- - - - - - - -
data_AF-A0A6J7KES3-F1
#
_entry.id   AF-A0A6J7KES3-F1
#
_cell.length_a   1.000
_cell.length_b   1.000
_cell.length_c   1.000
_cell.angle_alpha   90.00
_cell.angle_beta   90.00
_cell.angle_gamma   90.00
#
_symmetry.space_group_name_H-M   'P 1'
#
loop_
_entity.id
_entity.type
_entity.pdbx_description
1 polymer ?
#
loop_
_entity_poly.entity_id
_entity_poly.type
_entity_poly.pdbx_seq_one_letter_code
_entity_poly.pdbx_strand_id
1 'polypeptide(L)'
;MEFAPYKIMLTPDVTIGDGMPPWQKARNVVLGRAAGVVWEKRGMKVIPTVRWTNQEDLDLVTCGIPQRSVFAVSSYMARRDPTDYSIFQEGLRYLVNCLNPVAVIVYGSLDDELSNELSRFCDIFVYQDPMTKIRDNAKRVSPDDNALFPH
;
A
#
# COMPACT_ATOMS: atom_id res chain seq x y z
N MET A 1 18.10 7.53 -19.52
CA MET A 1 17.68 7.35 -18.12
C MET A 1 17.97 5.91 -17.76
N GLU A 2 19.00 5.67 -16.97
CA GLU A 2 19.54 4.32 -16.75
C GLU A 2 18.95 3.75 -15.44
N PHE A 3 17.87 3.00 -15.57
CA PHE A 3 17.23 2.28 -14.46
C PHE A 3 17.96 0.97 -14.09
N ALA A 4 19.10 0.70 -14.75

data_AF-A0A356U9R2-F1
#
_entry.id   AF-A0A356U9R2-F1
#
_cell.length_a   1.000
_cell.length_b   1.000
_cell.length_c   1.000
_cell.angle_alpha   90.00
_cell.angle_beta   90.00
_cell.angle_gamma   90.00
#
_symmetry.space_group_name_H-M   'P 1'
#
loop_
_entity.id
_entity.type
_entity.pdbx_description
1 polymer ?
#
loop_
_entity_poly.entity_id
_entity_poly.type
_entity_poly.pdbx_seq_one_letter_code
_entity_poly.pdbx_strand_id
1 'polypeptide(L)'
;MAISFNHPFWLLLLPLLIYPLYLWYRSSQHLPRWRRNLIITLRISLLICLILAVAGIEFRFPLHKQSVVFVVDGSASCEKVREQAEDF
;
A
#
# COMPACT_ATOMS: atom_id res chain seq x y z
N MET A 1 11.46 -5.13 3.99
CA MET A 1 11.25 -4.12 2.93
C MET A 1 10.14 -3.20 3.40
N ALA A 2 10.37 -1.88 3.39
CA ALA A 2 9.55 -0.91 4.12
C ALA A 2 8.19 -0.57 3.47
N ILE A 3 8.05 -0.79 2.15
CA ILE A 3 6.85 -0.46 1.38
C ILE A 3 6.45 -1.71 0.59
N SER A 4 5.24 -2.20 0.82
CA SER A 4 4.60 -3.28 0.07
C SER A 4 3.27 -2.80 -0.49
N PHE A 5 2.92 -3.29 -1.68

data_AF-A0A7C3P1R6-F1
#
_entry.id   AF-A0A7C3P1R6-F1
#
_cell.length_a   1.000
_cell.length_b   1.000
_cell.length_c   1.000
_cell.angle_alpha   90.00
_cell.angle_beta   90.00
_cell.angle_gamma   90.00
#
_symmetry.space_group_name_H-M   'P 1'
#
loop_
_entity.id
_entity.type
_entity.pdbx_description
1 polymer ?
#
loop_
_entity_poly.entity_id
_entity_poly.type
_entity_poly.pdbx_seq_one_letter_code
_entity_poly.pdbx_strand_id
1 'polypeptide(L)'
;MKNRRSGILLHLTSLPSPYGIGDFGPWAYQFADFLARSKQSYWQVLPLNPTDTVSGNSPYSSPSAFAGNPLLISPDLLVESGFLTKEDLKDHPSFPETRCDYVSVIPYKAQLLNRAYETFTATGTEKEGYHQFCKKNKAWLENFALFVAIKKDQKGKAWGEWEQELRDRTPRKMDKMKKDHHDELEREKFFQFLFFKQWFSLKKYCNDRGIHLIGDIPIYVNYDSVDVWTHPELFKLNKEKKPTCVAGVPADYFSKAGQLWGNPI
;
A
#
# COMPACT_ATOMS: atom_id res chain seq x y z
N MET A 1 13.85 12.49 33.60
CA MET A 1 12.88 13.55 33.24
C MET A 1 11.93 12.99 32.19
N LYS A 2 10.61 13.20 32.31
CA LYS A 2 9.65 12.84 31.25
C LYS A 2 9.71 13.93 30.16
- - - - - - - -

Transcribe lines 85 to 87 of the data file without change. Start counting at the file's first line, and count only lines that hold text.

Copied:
#
_entry.id   AF-A0A7C3P1R6-F1
#